Apple has become the most successful brick-and-mortar store in the country, raking in $6,050 per square foot. That's more than twice the rate of Tiffany & Co., its nearest competitor. According to ABC News, that's because Apple has aced the ability to seduce its customers to spend more. "That's why Apple went into bricks-and-mortar retailing," says Robin Lewis, co-author of the book The New Rules of Retail. "And it's why you'll see Amazon and eBay do the same. You can't create the kind of experience consumers want by selling to them just online. The emotional and neurological connection has to be made in person. What the research shows is that retailers who sell both online and through their own brick-and-mortar stores achieve sales 40%-50% higher than those who sell through just one channel or the other." [abcnews.go.com, 11/14/12]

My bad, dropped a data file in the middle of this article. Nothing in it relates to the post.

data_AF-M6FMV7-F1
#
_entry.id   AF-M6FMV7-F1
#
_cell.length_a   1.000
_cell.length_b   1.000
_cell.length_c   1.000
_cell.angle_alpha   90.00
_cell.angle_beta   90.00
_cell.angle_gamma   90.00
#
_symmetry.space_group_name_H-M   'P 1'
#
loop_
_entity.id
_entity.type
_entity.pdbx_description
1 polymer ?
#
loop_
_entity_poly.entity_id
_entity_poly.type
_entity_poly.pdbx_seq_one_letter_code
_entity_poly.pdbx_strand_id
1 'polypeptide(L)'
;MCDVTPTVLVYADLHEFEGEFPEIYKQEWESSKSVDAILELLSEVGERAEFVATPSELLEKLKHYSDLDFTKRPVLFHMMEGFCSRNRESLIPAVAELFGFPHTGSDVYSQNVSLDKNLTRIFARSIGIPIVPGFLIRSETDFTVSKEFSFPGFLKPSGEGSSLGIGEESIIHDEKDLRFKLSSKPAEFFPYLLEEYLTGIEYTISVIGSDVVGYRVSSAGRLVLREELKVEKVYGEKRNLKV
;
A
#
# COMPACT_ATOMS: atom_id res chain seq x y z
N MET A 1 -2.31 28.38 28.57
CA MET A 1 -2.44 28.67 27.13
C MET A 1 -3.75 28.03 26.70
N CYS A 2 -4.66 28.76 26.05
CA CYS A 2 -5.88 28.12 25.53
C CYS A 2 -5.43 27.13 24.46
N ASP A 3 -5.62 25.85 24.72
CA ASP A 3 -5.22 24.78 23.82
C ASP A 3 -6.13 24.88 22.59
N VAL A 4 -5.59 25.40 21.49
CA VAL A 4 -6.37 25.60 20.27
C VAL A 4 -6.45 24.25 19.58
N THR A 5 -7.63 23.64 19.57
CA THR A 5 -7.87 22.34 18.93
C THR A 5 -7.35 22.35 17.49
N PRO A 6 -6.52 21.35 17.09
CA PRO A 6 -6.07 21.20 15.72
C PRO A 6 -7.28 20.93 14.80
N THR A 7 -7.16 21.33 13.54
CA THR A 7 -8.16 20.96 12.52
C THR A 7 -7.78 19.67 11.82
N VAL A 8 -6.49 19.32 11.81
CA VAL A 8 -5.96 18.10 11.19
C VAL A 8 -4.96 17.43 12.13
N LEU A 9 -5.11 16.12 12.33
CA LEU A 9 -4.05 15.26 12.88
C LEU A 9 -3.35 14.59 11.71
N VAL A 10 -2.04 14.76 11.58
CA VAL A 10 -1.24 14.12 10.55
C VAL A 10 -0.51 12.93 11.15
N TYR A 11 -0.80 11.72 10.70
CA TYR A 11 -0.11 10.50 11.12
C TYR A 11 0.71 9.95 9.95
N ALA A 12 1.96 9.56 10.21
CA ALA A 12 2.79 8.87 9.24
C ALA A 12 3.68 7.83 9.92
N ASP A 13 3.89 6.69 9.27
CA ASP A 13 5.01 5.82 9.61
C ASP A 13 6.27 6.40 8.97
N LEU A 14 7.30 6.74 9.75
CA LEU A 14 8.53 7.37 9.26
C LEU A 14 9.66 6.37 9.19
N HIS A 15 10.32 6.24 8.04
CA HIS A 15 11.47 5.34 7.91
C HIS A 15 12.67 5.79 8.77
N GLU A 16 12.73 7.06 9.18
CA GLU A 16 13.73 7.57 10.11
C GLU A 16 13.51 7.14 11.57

Rihanna's latest hit, "Diamonds," is her 12th No. 1 single. And though the 24-year-old Barbados-born singer has only been on the scene since 2005, she's already in pretty rarified musical territory, tying Madonna and The Supremes in terms of chart-topping singles. Only three other acts have had more: Michael Jackson (13), Mariah Carey (18) and The Beatles (20). [billboard.com, 11/21/12 stats]
PSY's "Gangnam Style" is now officially the most-watched video in the history of YouTube. It has passed Justin Bieber's "Baby," surging to 806.3 million views, approximately 2.4 million more than the Canadian singer's 2010 hit. [huffingtonpost.com, 11/24/12 stats]
Last week, Activision Blizzard bragged that its Call of Duty video game franchise had surpassed the total box office take of Star Wars. This week, it's The Lion King making that claim … from Broadway. On Nov. 18, the stage musical celebrated its 15th anniversary on the Great White Way. In that time, it's become the most financially successful musical ever. Counting revenue from adaptations in 16 different countries, The Lion King show has now raked in more than $5 billion … and that too surpasses a certain group of rebels, droids and wookies from a galaxy far, far away. [abcnews.com, 11/20/12 stats]